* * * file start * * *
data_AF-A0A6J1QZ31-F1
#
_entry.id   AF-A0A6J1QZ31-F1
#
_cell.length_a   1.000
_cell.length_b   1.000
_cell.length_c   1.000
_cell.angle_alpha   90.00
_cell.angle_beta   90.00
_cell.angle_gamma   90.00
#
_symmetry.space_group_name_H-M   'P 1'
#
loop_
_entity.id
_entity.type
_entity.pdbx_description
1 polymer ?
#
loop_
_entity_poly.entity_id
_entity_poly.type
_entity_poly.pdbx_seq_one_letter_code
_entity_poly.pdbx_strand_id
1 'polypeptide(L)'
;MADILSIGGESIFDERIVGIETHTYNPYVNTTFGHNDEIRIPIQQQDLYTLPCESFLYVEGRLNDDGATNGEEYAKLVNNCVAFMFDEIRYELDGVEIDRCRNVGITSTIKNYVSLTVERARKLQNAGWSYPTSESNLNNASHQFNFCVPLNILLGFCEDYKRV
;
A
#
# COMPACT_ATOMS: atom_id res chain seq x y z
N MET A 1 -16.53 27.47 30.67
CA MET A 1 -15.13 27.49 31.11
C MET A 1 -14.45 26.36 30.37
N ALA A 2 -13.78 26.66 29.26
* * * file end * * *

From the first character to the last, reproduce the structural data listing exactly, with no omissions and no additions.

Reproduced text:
data_AF-A0A6J1QZ31-F1
#
_entry.id   AF-A0A6J1QZ31-F1
#
_cell.length_a   1.000
_cell.length_b   1.000
_cell.length_c   1.000
_cell.angle_alpha   90.00
_cell.angle_beta   90.00
_cell.angle_gamma   90.00
#
_symmetry.space_group_name_H-M   'P 1'
#
loop_
_entity.id
_entity.type
_entity.pdbx_description
1 polymer ?
#
loop_
_entity_poly.entity_id
_entity_poly.type
_entity_poly.pdbx_seq_one_letter_code
_entity_poly.pdbx_strand_id
1 'polypeptide(L)'
;MADILSIGGESIFDERIVGIETHTYNPYVNTTFGHNDEIRIPIQQQDLYTLPCESFLYVEGRLNDDGATNGEEYAKLVNNCVAFMFDEIRYELDGVEIDRCRNVGITSTIKNYVSLTVERARKLQNAGWSYPTSESNLNNASHQFNFCVPLNILLGFCEDYKRV
;
A
#
# COMPACT_ATOMS: atom_id res chain seq x y z
N MET A 1 -16.53 27.47 30.67
CA MET A 1 -15.13 27.49 31.11
C MET A 1 -14.45 26.36 30.37
N ALA A 2 -13.78 26.66 29.26